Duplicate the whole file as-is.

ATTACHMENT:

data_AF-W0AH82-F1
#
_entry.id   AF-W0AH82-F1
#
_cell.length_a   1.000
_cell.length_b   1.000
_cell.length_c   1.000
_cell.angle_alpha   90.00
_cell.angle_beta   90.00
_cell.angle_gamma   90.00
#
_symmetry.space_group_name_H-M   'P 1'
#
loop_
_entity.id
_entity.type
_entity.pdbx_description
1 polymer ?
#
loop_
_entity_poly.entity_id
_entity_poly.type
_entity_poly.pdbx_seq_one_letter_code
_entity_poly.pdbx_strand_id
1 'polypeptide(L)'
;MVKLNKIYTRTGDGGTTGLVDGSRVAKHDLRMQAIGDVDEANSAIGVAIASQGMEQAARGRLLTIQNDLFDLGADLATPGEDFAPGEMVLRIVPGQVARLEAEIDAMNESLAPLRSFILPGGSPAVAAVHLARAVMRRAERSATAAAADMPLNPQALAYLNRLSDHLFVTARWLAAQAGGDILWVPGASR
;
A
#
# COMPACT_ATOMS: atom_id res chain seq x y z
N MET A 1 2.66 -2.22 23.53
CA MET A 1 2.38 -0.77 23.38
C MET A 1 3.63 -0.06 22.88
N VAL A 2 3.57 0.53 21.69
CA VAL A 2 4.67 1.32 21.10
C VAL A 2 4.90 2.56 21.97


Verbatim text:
data_AF-W0AH82-F1
#
_entry.id   AF-W0AH82-F1
#
_cell.length_a   1.000
_cell.length_b   1.000
_cell.length_c   1.000
_cell.angle_alpha   90.00
_cell.angle_beta   90.00
_cell.angle_gamma   90.00
#
_symmetry.space_group_name_H-M   'P 1'
#
loop_
_entity.id
_entity.type
_entity.pdbx_description
1 polymer ?
#
loop_
_entity_poly.entity_id
_entity_poly.type
_entity_poly.pdbx_seq_one_letter_code
_entity_poly.pdbx_strand_id
1 'polypeptide(L)'
;MVKLNKIYTRTGDGGTTGLVDGSRVAKHDLRMQAIGDVDEANSAIGVAIASQGMEQAARGRLLTIQNDLFDLGADLATPGEDFAPGEMVLRIVPGQVARLEAEIDAMNESLAPLRSFILPGGSPAVAAVHLARAVMRRAERSATAAAADMPLNPQALAYLNRLSDHLFVTARWLAAQAGGDILWVPGASR
;
A
#
# COMPACT_ATOMS: atom_id res chain seq x y z
N MET A 1 2.66 -2.22 23.53
CA MET A 1 2.38 -0.77 23.38
C MET A 1 3.63 -0.06 22.88
N VAL A 2 3.57 0.53 21.69
CA VAL A 2 4.67 1.32 21.10
C VAL A 2 4.90 2.56 21.97